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Is It Really Banjo, or CBM and CBMP?

by Wayne & Barbara Blackford

All good dancing must have a good foundation of movement. But most of all, dancing must start with a good frame; the partners must feel connected and dance together. This is achieved by the partners keeping their centers directed toward each other, even if they are not in body contact. When centers move away from partners there is tension, pushing, pulling, and the individuals will be off balance.

One of the most basic and fundamental, and most MIS-UNDERSTOOD, concepts in dancing is Contra (or Contrary) Body Movement (CBM) and Contra Body Movement Position (CBMP). CBM has nothing to do with the placing of the feet but is a result of a body action. CBMP is a position caused by a foot placement.

As we walk in everyday life, observe that as we take our left foot forward the right arm goes with it and when the right foot goes forward the left arm goes forward. Actually it is the momentum that starts in the opposite side of the body that swings the arm reciprocal or CONTRA to the body.

DEFINITION: CONTRA BODY MOVEMENT (CBM) is the movement of the opposite side of the body towards the moving foot. This happens when the upper body rotates in the opposite direction from the lower body while moving (not like a “stick man” – which happens to too many of us when we try to think about CBM – the stick man has the wrong arm forward.)

EXERCISE: Stand with your weight on the right foot. Step out on your left foot and at the same time twist your upper body to the left (right shoulder forward). Next step back with your left foot and twist your upper body to the right (right shoulder back). If it feels like a wind up for a spin you’ve done it correctly. If you were to place and center your weight on the moving foot, you could spin very easily.

CBM is usually applied to initiate a turn, for example, a Natural Turn (right-face) in waltz. On step 1, the right foot goes forward diagonal to wall. We must then initiate the turn using the left side of the body (shoulder more than hip) to swing up and forward and this is CBM. As we complete the turn, CBM disappears and the turn is completed by a continuation of rotation created by the swing.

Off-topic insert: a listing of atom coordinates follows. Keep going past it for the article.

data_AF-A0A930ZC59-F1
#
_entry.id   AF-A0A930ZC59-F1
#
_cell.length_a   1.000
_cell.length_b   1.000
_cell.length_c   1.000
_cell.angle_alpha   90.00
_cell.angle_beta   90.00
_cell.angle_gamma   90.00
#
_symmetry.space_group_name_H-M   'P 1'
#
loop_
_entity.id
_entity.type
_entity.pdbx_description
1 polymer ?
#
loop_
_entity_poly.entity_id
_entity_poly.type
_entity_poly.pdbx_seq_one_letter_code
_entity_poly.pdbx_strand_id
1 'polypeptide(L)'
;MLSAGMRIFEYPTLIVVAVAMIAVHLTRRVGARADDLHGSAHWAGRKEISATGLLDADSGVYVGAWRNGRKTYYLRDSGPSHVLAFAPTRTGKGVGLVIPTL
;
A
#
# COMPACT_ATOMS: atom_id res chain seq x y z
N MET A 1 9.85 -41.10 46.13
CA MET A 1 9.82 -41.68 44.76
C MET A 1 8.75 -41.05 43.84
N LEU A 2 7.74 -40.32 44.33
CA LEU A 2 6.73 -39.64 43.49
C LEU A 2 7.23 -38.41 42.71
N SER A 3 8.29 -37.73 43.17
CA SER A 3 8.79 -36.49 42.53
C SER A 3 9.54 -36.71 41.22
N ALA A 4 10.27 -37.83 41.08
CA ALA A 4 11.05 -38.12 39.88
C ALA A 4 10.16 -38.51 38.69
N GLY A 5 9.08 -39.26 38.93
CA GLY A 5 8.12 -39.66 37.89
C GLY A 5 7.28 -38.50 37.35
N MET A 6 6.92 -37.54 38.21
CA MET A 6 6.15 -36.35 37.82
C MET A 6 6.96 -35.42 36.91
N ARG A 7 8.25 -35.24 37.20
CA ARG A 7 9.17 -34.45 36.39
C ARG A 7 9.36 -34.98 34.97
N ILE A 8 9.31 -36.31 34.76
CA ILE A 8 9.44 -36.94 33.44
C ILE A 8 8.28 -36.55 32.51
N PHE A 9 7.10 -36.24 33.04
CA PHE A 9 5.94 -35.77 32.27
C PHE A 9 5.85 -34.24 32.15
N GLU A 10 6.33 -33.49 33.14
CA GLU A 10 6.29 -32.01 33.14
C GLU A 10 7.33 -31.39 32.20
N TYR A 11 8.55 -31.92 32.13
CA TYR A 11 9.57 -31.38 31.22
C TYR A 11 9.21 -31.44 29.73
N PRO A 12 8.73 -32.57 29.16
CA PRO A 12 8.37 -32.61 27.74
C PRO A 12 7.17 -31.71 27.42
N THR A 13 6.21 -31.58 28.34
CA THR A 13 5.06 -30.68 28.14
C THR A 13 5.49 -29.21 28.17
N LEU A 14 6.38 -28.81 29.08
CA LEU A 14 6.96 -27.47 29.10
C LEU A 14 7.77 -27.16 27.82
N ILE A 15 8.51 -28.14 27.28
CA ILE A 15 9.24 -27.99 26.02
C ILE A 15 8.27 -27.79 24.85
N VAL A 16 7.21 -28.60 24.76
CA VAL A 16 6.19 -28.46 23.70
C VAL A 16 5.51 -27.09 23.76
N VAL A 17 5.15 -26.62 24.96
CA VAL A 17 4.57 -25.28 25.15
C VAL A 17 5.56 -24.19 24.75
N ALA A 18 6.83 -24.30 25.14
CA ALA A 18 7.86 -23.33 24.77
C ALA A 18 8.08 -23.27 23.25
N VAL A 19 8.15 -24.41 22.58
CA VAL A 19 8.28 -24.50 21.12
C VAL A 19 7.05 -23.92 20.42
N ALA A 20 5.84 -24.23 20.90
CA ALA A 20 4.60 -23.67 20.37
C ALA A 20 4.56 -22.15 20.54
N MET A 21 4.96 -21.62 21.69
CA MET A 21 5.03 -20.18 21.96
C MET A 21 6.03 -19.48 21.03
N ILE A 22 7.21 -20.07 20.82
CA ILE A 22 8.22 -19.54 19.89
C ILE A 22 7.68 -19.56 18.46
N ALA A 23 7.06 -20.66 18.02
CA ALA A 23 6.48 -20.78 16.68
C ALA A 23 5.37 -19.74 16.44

Is there always CBM in commencement of a turn? Ordinarily, yes, but there are some special types of turns where CBM is not used, e.g., Turning Lock or Right Turning Lock. In these figures, there is a shoulder lead (right side lead), so there is no need for any type of CBM.

What about CBM but no turn? Yes! Try a Whisk or Hover from closed position; you will feel CMB on step 1 and there is no turn. It just feels natural that way.

DEFINITION: CONTRA BODY MOVEMENT POSITION (CBMP) -- the definition is obvious by the words themselves. It is a POSITION rather than a movement. CBMP is the foot position achieved when the moving foot is placed on or across the line of the standing foot, in front of or behind. This happens when one foot is placed in front of the other while dancing. CBMP is routinely used in steps taken in semi closed position or outside partner in order to maintain the relative body position of the couple. Almost all steps taken from outside partner (banjo) will be in CBMP.

EXERCISE: Stand with the weight on your left foot. Travel forward while placing the right foot directly in front of the left. Imagine having a partner with you and you will feel that this is the movement that is used when moving to outside partner while continuing to face your partner. Woman, try the same movement but using the opposite feet and traveling backward.

Keeping a good dance frame and using CBMP will allow your legs (in certain movements) to swing easily.

You can simply stand and put your one foot slightly across the body and it will look like you have used CBM but you have not moved the body. You have simply placed your foot towards the contra side of the body, or so to say you have “placed it in CBMP.”

When you step outside partner, you don’t want to look like a “ barge” – 4 hips wide. You want to maintain a reasonable body contact, and you want a thin line rather than a thick line. Most steps starting in semi closed position will start in CBMP. Think of it as walking into a straight line; a slicing position; a tracking of the feet.

Remember, this is all based on dancing naturally, and should not be artificially created. If it doesn’t feel natural, it probably isn’t.

From clinic notes prepared for the ROUNDALAB convention, 2013 and reprinted in the Dixie Round Dance Council (DRDC)  Newsletter, April 2014.


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